Choosing a Primary Treatment Modality for High-Risk Localized Prostate Cancer

( In conjunction with the Scientific Congress held as part of the American Society of Clinical Oncology’s Annual Meeting in May 2020, an Educational Symposium was convened on August 8 to 10th. In a session entitled “Optimizing Cure for High-Risk Clinically Localized Prostate Cancer”, Kelvin A. Moses, MD, Ph.D., from Vanderbilt University School of Medicine presented a plenary talk discussing local treatment for patients with high-risk localized prostate cancer. He highlighted three specific themes: the role of radical prostatectomy and pelvic lymph node dissection, postoperative radiotherapy, and primary radiotherapy approach in high-risk localized prostate cancer.

Dr. Moses began by highlighting the historical context for localized high-risk disease. Initially, there was hesitation to perform radical prostatectomy among these patients, so they often received, androgen deprivation monotherapy, radiotherapy, or combined radiotherapy and androgen deprivation therapy. Concerns regarding radical prostatectomy included positive surgical margins, the morbidity of surgery, and limitations of disease control through the omission of systemic therapy. However, as evidence as evolved, current NCCN now recommends three options including radical prostatectomy and pelvic lymphadenectomy, external beam radiotherapy with androgen deprivation therapy, or external beam radiotherapy plus brachytherapy with androgen deprivation therapy for patients with a life expectancy of at least five years.
This change from historical practice is predicated on a number of factors which Dr. Moses highlighted:

  1. Radical prostatectomy provides good, and durable, long-term cancer-specific survival, with reported rates of 85-95% at 10 years among patients with high-risk disease.
  2. In addition to cancer-specific survival, surgery is associated with durable local control.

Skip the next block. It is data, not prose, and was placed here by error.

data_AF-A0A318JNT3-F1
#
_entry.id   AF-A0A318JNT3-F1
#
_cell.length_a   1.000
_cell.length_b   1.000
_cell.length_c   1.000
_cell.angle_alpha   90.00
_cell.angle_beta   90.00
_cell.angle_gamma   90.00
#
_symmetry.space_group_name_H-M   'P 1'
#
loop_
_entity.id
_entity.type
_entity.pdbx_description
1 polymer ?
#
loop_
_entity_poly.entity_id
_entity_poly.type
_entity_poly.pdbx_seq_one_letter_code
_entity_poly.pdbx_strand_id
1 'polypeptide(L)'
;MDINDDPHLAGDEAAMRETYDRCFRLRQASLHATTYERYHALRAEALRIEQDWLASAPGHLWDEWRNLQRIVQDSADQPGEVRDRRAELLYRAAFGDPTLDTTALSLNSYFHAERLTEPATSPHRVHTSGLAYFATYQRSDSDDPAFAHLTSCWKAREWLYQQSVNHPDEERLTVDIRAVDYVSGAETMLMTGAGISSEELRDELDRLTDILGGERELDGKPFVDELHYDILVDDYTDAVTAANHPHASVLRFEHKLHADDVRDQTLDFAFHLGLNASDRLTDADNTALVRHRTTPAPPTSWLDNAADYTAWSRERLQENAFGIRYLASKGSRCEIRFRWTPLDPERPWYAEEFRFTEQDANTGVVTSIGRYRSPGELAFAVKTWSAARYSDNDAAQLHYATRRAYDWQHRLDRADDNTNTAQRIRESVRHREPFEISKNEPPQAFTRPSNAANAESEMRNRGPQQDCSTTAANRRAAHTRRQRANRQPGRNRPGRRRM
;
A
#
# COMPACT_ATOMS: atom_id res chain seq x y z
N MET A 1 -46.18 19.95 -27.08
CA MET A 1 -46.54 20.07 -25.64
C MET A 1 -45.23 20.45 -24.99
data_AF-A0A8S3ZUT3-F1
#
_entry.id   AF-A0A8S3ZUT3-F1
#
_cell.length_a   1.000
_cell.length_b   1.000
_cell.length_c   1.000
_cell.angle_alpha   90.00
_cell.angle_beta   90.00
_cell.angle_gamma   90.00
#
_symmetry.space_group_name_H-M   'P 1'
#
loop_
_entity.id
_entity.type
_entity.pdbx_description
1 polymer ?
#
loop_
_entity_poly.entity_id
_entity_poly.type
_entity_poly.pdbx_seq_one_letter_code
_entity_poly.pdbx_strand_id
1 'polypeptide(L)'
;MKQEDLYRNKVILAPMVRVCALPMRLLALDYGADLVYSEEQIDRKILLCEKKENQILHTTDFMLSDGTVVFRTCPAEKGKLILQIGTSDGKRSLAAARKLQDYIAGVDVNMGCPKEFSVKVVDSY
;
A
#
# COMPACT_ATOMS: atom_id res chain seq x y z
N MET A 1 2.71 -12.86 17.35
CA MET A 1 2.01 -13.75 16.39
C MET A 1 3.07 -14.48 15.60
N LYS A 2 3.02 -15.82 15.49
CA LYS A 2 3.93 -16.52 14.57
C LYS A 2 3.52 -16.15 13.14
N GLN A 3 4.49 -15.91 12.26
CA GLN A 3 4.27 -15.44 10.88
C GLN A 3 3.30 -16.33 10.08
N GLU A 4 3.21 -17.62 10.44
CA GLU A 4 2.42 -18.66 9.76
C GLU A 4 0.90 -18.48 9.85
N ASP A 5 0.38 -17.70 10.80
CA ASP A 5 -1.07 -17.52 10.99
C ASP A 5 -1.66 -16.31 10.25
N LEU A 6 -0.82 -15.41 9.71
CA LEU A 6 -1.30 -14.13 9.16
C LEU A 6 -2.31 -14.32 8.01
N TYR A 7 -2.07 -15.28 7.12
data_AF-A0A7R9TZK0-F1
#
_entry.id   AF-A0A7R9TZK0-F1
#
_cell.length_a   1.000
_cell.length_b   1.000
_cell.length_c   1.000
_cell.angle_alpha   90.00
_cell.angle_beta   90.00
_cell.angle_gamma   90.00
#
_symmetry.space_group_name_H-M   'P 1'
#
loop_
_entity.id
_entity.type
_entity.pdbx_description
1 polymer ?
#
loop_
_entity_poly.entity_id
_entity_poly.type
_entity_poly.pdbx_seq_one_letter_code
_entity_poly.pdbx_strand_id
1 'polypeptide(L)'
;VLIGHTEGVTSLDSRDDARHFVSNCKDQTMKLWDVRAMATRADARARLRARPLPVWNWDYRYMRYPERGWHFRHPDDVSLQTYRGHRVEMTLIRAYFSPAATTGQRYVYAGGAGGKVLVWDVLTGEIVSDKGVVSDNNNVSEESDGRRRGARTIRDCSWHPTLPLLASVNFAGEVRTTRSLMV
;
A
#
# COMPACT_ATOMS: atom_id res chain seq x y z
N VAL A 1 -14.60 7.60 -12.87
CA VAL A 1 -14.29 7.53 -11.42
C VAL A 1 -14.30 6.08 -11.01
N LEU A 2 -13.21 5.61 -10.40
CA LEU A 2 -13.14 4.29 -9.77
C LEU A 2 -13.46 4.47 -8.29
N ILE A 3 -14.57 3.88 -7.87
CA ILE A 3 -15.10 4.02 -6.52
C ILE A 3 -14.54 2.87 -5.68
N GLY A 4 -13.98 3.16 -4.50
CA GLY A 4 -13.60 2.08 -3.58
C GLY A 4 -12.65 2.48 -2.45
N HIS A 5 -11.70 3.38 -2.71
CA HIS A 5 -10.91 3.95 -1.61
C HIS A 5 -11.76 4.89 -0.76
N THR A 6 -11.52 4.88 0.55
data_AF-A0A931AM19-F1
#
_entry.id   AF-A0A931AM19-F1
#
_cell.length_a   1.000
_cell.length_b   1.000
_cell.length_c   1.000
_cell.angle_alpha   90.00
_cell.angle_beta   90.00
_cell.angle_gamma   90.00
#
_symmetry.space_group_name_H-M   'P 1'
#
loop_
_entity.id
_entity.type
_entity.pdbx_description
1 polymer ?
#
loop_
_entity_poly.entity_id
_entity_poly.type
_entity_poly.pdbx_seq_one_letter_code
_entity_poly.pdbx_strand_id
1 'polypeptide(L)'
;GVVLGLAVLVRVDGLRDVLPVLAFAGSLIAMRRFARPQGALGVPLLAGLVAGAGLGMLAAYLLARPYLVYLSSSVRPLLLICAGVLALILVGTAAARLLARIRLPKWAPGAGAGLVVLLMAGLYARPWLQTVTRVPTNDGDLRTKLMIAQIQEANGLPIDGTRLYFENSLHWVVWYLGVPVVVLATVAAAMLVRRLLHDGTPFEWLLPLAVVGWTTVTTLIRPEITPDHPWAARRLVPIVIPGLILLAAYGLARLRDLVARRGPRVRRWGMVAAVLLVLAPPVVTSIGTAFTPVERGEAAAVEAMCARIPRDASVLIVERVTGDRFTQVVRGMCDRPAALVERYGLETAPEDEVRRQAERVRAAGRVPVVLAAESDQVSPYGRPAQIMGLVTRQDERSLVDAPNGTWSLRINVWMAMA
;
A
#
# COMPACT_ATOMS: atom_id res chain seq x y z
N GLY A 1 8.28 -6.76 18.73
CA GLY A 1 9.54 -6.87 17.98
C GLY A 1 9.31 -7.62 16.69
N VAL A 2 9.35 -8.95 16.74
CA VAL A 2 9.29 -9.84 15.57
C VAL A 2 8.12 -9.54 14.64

3. Surgery, as opposed to no local therapy or radiotherapy, can prevent local complications of high-risk and locally advanced prostate cancer including hematuria and lower urinary tract obstruction.
  4. Finally, pathologic examination of the prostate specimen provides important information which is both prognostic and may inform future treatments. In particular, radical prostatectomy allows for accurate pathologic staging (with approximately 60% of patients with high-risk disease undergoing surgery having organ-confined disease on final pathology) and pathologic grading (with previous work showing that nearly half of all patients with Gleason score 4+4 at the time of biopsy having down-grading at the time of prostatectomy). 
For patients undergoing radical prostatectomy for high-risk prostate cancer, the NCCN guidelines recommend concurrent pelvic lymphadenectomy on the basis of the risk of nodal involvement. The role, and extent, of lymphadenectomy in prostate cancer is somewhat controversial. Dr. Moses highlighted a recent meta-analysis published in European Urology which included 3 randomized controlled trials, 4 prospective cohort studies, and 59 retrospective cohort studies. Among these studies, a comparison of no pelvic lymph node dissection versus any pelvic lymph node dissection demonstrated minimal differences in biochemical recurrence-free survival and no differences in metastasis-free survival, cancer-specific survival, or overall survival. However, patients undergoing lymphadenectomy had increased rates of lymphocele but similar continence and erectile outcomes. Similarly, comparing standard lymphadenectomy to extended lymphadenectomy, the preponderance of the data (including the only included RCT) demonstrated no difference in biochemical recurrence while there were essentially no data to assess longer-term outcomes including metastasis-free survival, cancer-specific survival or overall survival. Extended lymphadenectomy was associated with increased OR time and increased rates of lymphoceles. However, it remains a standard practice on the basis of the prognostic information which can be derived.